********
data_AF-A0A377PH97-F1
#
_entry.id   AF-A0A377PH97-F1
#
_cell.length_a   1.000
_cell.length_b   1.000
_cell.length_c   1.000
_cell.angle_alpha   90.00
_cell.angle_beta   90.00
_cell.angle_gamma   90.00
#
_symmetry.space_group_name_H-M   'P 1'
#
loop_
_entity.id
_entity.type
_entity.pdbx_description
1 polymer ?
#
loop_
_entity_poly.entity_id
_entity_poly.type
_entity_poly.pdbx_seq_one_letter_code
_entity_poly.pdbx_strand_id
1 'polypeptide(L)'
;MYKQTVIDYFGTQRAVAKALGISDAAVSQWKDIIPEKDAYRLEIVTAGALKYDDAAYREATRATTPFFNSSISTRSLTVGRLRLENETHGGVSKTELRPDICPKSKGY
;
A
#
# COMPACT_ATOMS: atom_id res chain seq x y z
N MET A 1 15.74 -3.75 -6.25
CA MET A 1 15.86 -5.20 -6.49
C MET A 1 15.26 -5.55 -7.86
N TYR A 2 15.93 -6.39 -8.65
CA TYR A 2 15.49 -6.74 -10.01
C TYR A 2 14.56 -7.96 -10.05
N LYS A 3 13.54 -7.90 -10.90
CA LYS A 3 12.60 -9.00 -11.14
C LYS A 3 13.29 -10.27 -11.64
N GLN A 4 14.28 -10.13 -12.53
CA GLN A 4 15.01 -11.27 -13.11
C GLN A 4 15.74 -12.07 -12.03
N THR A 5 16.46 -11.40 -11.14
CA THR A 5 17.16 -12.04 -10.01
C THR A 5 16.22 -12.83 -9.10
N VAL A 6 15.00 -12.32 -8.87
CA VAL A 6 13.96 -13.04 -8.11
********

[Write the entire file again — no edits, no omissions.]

data_AF-A0A377PH97-F1
#
_entry.id   AF-A0A377PH97-F1
#
_cell.length_a   1.000
_cell.length_b   1.000
_cell.length_c   1.000
_cell.angle_alpha   90.00
_cell.angle_beta   90.00
_cell.angle_gamma   90.00
#
_symmetry.space_group_name_H-M   'P 1'
#
loop_
_entity.id
_entity.type
_entity.pdbx_description
1 polymer ?
#
loop_
_entity_poly.entity_id
_entity_poly.type
_entity_poly.pdbx_seq_one_letter_code
_entity_poly.pdbx_strand_id
1 'polypeptide(L)'
;MYKQTVIDYFGTQRAVAKALGISDAAVSQWKDIIPEKDAYRLEIVTAGALKYDDAAYREATRATTPFFNSSISTRSLTVGRLRLENETHGGVSKTELRPDICPKSKGY
;
A
#
# COMPACT_ATOMS: atom_id res chain seq x y z
N MET A 1 15.74 -3.75 -6.25
CA MET A 1 15.86 -5.20 -6.49
C MET A 1 15.26 -5.55 -7.86
N TYR A 2 15.93 -6.39 -8.65
CA TYR A 2 15.49 -6.74 -10.01
C TYR A 2 14.56 -7.96 -10.05
N LYS A 3 13.54 -7.90 -10.90
CA LYS A 3 12.60 -9.00 -11.14
C LYS A 3 13.29 -10.27 -11.64
N GLN A 4 14.28 -10.13 -12.53
CA GLN A 4 15.01 -11.27 -13.11
C GLN A 4 15.74 -12.07 -12.03
N THR A 5 16.46 -11.40 -11.14
CA THR A 5 17.16 -12.04 -10.01
C THR A 5 16.22 -12.83 -9.10
N VAL A 6 15.00 -12.32 -8.87
CA VAL A 6 13.96 -13.04 -8.11